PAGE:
As the regulatory landscape for healthcare apps and Software as a Medical Device (SaMD) begins to firm up, there are three key steps that firms should take as they develop and commercialize smartphone apps and stand-alone software:
1. Review the current best-of-breed regulatory guidance
2. Create a yes/no decision tree to document your decision
3. Clarify the decision and communicate.
Step 1: Review the Current Best-of-Breed Regulatory Guidance
There are four critical guidelines to review that software (and medical device) makers will want to read through:
- The US FDA has dedicated section on its website that summarizes FDA’s current thinking in how FDA regulates Software as a Medical Device. If your software falls under FDA’s SaMD interpretation, you will need to comply with 21 CFR 11 Electronic Records; Electronic Signatures (e.g., Part 11), 21 CFR 820 Quality System Regulation, and 21 CFR 807 Medical Device Reporting (MDR).
- The EU released its guidance document in January 2012, Guidelines on the Qualification and Classification of Stand Alone Software Used in Healthcare within the Regulatory Framework of Medical Devices (PDF). These are the EU "regulations," but see the next two items below before you just rely upon this.
- Sweden’s Medical Products Agency has release a very good analysis of the EU’s medical app guideline (PDF) that is well worth skimming through all six pages. On page 5 is a very nice, short summary of the requirements for the EU to view an app as a medical device.
- The UK’s MHRA released its own guidance and webpage early in 2014, Guidance on Medical Device Stand-Alone Software (including Apps), on how it will assess and regulate Software as a Medical Device, including smartphone apps. The guidance gives numerous, clear examples along with keyword functionality that the MHRA will look for which will cause MHRA to classify your software as a medical device. In addition, this guideline provides several situational clarifications for the EU’s guidance document based on recent cases.
Step 2: Create a Yes/No Decision-Tree to Document Your Decision
Using information from the above guidance documents, draft a decision-tree diagram of a series of yes/no questions. This decision-tree has two immediate audiences: the software engineers developing your software and the firm’s senior management. For both audiences, simplicity and straightforwardness is important as you should expect your initial assessment to be second-guessed.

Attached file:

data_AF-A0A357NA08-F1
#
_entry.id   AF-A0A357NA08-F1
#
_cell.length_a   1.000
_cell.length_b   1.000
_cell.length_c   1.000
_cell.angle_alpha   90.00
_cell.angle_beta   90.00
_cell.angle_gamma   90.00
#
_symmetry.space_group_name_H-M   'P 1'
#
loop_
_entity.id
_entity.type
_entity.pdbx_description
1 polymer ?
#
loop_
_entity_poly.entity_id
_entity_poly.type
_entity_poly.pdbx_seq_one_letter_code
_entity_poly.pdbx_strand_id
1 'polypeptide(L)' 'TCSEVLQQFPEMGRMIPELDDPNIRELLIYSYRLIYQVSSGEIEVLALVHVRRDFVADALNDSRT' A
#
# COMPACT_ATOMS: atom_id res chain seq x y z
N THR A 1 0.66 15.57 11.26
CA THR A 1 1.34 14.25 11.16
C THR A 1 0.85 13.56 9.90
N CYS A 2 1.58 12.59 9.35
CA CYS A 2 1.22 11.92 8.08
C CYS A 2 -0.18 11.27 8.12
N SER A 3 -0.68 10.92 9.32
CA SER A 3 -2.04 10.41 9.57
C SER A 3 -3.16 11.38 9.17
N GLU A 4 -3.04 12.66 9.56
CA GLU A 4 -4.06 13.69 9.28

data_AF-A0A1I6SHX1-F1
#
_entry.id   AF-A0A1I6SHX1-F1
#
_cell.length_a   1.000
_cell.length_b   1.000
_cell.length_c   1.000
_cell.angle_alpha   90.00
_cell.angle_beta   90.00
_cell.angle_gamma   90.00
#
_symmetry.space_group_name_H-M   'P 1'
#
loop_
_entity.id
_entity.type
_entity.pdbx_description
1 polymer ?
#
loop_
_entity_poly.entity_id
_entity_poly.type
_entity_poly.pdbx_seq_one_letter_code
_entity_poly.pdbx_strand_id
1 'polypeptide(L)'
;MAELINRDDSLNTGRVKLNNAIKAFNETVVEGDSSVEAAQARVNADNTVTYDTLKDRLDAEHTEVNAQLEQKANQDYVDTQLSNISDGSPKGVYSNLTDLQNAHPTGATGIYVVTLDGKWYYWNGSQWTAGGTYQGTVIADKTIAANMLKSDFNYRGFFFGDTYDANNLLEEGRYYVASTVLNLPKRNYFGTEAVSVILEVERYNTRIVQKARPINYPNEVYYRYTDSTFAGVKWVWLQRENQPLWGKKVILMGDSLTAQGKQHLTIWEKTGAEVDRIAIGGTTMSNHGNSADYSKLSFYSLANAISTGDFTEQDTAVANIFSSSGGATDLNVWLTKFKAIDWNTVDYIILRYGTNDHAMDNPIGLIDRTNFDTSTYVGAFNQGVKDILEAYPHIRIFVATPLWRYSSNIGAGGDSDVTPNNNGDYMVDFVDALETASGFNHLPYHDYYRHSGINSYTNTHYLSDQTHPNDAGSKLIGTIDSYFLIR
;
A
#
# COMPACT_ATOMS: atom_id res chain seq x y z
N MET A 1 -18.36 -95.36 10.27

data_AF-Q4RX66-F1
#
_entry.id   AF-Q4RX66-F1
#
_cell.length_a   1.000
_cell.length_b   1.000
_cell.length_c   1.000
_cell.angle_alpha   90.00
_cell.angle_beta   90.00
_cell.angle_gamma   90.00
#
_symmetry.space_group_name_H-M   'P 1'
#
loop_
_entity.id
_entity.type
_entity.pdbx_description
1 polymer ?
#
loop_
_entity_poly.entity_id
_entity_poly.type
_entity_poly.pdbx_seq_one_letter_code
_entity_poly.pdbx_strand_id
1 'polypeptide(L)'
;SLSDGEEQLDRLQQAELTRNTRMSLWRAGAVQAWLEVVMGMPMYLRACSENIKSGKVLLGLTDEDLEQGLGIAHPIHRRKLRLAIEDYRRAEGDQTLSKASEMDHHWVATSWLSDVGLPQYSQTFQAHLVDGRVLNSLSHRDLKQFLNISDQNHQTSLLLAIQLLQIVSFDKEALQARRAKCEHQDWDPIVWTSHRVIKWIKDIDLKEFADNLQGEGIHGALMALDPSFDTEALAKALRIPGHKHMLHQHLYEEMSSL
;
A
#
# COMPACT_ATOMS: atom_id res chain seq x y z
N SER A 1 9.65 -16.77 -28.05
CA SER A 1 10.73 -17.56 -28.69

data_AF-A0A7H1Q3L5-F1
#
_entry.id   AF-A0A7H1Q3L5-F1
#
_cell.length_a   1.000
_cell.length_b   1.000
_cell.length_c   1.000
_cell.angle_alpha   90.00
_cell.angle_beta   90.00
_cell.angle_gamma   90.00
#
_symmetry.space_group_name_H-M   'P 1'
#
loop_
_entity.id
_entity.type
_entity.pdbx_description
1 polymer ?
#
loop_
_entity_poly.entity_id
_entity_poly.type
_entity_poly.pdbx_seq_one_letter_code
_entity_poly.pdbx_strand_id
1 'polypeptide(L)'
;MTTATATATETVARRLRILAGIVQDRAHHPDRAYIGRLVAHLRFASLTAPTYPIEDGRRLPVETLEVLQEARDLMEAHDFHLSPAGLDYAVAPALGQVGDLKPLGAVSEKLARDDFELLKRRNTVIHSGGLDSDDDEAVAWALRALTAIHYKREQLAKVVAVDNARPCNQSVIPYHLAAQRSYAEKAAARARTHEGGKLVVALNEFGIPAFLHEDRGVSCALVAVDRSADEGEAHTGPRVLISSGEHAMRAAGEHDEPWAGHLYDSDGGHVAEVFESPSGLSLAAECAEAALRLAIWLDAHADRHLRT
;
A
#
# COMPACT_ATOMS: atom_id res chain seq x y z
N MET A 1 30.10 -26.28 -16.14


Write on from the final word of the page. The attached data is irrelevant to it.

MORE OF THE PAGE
Ideally the decision-tree will be used to help guide development and commercialization. For instance, firms may want to avoid a quick bit of functionality that will inadvertently tip an app from non-regulated into regulated territory. One yes/no question to ask might be: “Will the app perform a calculation on the raw health data and only present the results of the calculation (rather than the raw data as well)?” In such a situation, the app is likely to be regulated as a medical device. Thus, this decision-tree can be very helpful to developers and project managers looking at different functionalities and the impact to the software; just because a set of coding may be easy might obscure that adding the code will cause the app to suddenly become regulated.
Likewise, senior management (including venture capitalists) must be comfortable with an app’s final functionality target(s) in order to decide its path of commercialization. Is the software unregulated and thus simply released, or will it require regulatory approval and/or costly compliance with 21 CFR 11, 21 CFR 807, and 21 CFR 820 in the US? This type of decision early in commercialization is critical to help executives avoid costly mistakes and potential risky product liability situations.
As an example of what a straightforward yes/no decision-tree might look like, review the EU’s example yes/no diagram on page 10 of the PDF version of its guidance.
Finally, note that by the end of 2015, the International Medical Device Regulators Forum (IMDRF) has stated its intent to release an internationally harmonized regulatory guideline, so keep an eye out for that on the IMDRF website (www.imdrf.org).
Step 3: Clarify the Decision and Communicate
Document the decision-path taken to identify the regulatory status of the software. This record should be retained as part of the software development project documentation (or in the case of a Software as a Medical Device, its Design History File).
In addition, distribute a copy of this highlighted, documented decision path to the developers and any future support engineers. It’s important to communicate the need to stay within the agreed-upon functionality guidelines, not just in initial development but also in post-launch support, bug fixes, and product enhancements.
For new product enhancements and full version revisions (1.xx to 2.xx), consider reviewing and verifying the decision-tree diagram documentation; this will show a traceable path of informed decisions for each software revision.
For more on Software as a Medical Device, see several of my earlier blog posts:
And if you need to educate your team on the regulations affecting Software as a Medical Device, how to cost-effectively comply, or help drafting the policies and procedures required, consider contacting me through the Cerulean Associates LLC website.